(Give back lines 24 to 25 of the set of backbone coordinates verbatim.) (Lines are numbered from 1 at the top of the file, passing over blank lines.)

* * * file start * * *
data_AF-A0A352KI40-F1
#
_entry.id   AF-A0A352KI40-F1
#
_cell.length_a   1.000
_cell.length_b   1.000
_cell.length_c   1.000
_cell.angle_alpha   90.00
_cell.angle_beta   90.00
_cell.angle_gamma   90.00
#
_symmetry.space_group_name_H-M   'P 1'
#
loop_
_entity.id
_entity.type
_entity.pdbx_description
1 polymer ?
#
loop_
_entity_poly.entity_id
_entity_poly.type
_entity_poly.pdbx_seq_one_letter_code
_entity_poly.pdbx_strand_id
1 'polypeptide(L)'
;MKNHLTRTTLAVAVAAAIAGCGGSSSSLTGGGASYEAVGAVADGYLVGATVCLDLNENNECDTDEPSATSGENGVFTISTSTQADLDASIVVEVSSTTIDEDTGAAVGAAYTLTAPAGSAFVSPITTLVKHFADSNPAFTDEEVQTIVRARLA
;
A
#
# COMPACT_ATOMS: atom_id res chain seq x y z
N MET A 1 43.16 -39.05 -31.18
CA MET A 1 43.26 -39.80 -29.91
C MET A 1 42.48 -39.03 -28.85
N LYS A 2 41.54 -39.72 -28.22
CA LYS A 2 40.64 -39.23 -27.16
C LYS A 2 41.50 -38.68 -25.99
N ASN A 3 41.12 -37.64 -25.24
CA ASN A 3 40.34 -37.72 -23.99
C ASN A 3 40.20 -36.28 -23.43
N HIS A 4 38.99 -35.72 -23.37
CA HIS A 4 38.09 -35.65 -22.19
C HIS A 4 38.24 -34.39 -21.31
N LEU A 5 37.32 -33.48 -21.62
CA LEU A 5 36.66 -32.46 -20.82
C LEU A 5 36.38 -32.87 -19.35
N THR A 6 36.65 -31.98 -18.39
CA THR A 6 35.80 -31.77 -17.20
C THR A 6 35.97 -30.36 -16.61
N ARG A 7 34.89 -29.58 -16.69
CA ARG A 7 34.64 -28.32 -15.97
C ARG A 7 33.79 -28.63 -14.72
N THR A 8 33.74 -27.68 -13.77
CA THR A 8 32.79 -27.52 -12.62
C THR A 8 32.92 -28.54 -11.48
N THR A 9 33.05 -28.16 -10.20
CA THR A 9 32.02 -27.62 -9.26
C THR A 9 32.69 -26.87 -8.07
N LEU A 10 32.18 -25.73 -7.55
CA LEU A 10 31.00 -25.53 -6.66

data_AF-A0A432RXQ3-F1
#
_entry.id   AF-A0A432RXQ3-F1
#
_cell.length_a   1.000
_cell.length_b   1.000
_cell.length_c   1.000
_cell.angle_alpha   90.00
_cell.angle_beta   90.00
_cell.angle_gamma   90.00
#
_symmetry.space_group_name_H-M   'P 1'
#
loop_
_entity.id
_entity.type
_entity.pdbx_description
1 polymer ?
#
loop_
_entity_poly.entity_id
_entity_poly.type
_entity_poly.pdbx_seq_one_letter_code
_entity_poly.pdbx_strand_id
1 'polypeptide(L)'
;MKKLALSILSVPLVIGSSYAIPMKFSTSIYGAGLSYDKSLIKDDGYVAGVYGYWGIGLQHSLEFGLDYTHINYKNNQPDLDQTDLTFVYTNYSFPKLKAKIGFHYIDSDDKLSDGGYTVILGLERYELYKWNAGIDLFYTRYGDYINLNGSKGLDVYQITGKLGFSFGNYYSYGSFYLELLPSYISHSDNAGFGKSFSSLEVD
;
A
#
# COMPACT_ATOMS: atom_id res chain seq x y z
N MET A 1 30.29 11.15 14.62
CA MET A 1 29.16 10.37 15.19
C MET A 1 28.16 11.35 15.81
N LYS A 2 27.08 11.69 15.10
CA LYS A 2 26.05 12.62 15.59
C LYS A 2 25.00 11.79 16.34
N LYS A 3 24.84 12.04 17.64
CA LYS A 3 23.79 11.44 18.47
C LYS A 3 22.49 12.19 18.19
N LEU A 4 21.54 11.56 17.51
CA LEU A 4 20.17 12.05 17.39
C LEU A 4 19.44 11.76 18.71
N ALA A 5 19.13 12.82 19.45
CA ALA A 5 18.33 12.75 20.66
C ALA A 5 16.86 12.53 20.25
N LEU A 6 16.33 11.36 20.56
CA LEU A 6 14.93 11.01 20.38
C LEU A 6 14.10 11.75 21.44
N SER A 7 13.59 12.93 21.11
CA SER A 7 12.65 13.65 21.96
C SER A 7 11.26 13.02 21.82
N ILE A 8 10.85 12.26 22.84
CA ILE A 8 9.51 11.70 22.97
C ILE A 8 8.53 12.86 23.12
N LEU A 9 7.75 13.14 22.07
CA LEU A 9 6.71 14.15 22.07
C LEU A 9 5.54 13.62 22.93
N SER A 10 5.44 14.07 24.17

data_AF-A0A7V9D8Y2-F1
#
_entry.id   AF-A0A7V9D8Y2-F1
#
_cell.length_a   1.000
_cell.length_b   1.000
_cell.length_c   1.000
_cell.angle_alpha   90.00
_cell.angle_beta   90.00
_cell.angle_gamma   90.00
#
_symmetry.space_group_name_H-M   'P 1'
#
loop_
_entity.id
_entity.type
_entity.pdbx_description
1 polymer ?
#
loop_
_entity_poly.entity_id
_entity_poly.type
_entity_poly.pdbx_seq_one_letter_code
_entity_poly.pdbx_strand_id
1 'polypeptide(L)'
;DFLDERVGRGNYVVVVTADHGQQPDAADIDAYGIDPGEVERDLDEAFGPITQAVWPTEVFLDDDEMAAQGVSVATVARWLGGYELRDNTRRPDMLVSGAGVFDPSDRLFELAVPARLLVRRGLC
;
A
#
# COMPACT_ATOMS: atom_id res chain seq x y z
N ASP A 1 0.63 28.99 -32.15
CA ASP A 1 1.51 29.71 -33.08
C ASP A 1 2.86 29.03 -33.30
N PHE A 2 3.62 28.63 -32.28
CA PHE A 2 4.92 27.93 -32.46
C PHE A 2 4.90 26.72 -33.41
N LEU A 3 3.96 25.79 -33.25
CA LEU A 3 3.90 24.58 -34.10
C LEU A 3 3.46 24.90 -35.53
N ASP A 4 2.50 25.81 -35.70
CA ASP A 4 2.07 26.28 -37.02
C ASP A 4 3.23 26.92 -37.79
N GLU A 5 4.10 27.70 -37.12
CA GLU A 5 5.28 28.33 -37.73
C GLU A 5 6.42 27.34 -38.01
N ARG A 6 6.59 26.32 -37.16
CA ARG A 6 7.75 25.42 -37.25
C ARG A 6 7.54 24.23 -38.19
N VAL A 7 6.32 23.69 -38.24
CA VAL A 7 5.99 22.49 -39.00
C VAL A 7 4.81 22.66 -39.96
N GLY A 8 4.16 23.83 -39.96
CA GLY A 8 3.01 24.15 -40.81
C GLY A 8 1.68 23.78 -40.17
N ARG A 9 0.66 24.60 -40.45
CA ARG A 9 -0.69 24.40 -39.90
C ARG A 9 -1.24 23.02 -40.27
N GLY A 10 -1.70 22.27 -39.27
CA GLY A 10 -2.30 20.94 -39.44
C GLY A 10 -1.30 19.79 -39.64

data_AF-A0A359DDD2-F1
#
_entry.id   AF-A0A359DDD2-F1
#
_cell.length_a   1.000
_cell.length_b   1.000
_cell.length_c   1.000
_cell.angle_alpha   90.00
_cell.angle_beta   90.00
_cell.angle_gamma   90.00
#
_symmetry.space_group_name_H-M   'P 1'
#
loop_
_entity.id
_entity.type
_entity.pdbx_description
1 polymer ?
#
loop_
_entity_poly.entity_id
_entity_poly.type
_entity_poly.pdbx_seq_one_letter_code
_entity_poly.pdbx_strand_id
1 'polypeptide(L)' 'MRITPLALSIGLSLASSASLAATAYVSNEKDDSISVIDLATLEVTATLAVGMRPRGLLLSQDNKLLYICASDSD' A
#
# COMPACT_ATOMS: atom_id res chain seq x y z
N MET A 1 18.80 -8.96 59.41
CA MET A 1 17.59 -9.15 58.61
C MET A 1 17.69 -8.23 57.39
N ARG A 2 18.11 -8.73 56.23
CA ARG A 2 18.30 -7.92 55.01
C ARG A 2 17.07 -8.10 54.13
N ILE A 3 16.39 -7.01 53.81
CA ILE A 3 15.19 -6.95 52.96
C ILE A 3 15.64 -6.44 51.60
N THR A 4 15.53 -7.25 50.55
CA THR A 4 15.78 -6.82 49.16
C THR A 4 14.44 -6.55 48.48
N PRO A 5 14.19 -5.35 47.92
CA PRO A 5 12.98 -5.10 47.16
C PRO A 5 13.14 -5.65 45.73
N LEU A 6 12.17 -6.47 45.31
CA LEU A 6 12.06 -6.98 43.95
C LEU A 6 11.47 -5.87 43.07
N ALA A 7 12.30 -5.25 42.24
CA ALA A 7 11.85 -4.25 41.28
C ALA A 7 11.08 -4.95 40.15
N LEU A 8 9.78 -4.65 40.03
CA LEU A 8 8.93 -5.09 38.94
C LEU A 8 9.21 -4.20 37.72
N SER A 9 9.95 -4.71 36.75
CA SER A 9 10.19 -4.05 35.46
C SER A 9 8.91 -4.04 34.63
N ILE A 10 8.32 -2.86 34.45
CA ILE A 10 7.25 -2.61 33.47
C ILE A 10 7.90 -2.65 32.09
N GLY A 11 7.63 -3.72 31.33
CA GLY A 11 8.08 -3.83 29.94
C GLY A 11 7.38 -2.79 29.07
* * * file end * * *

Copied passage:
_entity_poly.pdbx_strand_id
1 'polypeptide(L)'